How It Works

Why CDN Media Needs a Plugin

There’s one simple reason, but understanding that reason comes with understanding how media is saved in general.

I wanted to write a blog post for work (something I try to do once a month) so I thought “I should write about using a CDN for images. I wonder if you can do this without a plugin…”

One hour later, and 1200 words, the answer is no. You cannot.

My initial goal was to move media files (and only the media) from to on DreamObjects. I’ve written a plugin that does that, but to my frustration, I found you cannot do this without a plugin for one incredibly simple reason.

But before the big reveal, let’s break down, in simple terms, what I would actually need to do in order to move the uploads. My two assumptions are that I already have a WordPress powered site (check) and I already have DreamObjects (check)

  1. Setup a bucket on DreamObjects (or AWS whatever) to house my images, and give it a CDN alias.
  2. Copy all the images to the bucket.
  3. Change the Upload URL to (my CDN alias for the bucket).
  4. Edit all posts and GUIDs to the new URL.

The thing is, I can actually do all of that!

Setup a Bucket on DreamObjects Setup a Bucket on DreamObjects

Log in to your Panel, click on Cloud, go to DreamObjects, and create a new bucket in DreamObjects. I called my domain-static because that’s easy for me to remember. Static content lives here. Once you have your bucket, click on the “Change Settings” link and add an alias of “static” to the domain you’re hosting all this on ( in this example).

You can name your alias anything you want. I just picked static because I knew I wanted my URLs for images to be and this makes it simple. I like to leave my CDN available for more than just WordPress, and doing this will let me have more folders like wiki or gallery.

Next, scroll down to “DreamSpeed CDN” and turn on CDN Support. You’ll notice that tells you a special URL for CDN:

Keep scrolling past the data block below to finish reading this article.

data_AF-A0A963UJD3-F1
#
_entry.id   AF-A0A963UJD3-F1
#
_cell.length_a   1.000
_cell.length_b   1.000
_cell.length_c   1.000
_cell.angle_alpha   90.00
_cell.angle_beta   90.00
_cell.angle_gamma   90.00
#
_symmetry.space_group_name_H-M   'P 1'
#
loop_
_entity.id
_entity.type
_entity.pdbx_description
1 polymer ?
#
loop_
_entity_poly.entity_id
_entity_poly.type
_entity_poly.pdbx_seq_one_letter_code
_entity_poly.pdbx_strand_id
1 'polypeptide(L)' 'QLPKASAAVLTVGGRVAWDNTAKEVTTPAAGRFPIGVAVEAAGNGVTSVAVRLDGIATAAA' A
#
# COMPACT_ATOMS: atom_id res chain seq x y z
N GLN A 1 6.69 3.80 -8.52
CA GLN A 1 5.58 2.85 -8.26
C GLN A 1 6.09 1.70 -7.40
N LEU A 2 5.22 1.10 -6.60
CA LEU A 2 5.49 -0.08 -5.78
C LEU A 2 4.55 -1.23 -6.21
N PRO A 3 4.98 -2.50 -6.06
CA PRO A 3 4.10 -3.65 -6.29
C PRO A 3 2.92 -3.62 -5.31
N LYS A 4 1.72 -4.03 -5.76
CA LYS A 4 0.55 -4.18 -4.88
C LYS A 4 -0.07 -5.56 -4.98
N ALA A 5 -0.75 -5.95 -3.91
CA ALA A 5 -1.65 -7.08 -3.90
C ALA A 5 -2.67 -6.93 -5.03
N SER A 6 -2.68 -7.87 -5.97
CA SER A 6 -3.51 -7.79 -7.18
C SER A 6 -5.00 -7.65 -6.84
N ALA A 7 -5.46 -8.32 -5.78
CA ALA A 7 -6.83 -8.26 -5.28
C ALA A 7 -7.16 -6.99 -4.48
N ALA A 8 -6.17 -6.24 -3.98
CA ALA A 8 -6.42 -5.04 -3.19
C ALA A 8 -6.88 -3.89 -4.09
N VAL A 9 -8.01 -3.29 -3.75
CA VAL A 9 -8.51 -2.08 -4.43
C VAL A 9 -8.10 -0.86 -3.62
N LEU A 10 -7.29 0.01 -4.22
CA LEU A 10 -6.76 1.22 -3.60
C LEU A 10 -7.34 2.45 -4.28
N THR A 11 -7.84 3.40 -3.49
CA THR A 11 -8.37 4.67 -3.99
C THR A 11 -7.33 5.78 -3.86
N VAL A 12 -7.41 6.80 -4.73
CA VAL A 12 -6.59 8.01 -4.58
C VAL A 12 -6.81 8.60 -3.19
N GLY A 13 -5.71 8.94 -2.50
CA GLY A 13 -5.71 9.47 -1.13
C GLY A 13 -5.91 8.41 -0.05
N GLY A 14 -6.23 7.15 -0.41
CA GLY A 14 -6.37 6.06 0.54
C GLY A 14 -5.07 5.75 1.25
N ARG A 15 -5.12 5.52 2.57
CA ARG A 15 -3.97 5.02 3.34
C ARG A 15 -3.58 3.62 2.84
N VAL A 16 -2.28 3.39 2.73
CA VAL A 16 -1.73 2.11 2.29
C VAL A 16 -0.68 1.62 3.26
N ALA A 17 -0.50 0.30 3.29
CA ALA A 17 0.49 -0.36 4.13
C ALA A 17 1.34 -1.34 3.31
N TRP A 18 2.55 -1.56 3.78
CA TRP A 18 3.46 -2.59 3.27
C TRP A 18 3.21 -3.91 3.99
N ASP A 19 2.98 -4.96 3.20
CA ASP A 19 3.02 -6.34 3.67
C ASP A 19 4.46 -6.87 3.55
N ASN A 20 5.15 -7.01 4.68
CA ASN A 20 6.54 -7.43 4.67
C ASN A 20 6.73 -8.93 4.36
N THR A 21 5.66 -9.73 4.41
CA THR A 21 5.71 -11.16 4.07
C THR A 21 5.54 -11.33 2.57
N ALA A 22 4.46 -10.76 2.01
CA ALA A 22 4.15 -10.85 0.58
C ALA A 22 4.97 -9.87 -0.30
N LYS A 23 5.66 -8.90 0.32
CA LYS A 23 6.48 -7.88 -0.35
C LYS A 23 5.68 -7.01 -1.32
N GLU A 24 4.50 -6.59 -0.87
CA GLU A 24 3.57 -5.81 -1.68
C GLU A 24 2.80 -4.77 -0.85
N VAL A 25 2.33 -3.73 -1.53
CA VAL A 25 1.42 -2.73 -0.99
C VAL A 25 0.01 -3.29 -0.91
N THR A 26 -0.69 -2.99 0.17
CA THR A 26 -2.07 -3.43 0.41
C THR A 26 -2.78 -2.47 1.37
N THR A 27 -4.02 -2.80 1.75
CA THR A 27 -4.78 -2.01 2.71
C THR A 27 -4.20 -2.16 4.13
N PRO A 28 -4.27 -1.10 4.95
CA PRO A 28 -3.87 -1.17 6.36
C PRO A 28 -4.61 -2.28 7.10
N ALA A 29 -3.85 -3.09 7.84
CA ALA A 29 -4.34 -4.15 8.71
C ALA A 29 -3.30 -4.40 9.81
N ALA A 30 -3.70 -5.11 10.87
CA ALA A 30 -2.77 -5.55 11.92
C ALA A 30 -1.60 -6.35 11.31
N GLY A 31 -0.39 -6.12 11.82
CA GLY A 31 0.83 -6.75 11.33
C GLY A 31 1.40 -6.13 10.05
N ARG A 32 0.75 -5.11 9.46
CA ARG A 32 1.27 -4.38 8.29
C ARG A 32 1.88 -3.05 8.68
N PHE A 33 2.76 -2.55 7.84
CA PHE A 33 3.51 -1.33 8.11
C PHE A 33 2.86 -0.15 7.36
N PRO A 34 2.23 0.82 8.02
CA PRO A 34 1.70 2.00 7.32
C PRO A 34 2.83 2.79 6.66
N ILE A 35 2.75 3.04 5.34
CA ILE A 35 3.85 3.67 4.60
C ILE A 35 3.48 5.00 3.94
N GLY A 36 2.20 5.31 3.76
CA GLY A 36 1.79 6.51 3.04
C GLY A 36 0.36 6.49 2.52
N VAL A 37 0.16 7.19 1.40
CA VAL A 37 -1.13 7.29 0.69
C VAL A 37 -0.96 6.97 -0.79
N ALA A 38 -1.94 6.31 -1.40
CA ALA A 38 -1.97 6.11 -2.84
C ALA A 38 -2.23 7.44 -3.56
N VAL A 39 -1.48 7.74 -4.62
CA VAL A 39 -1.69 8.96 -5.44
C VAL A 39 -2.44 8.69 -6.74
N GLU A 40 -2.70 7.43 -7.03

Connect to the accelerated DreamSpeed CDN version of this bucket at:

Don’t worry! You can use your custom URL too. You don’t have to, but most of us want to, to feel special. In order to use your custom alias that we just made, scroll up a little and check the box for ‘CDN’ on your alias. Press save and you’re good to go!

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Copy all the Images Copy all the Images

Set the bucket public first!

Just trust me, here. Okay? Good. Set the bucket public and then upload all the images. I used Transmit. Cyberduck also works.

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Change the Upload URL Change the Upload URL

This part was scary.

We need a moment of history first. Up until WordPress 3.5 this was actually pretty easy to do. You went to your media page and you changed things. As of 3.5, WordPress decided that this was more trouble than it was worth. Too many people were accidentally doing silly things, breaking their sites, and it was too dangerous. So they removed the part of the screen that let you change this.

I have issues with this, since for what I want to do, it makes it a hassle. But given the flaw in my great plan, I recognize the change as one that protects people who know less than I do.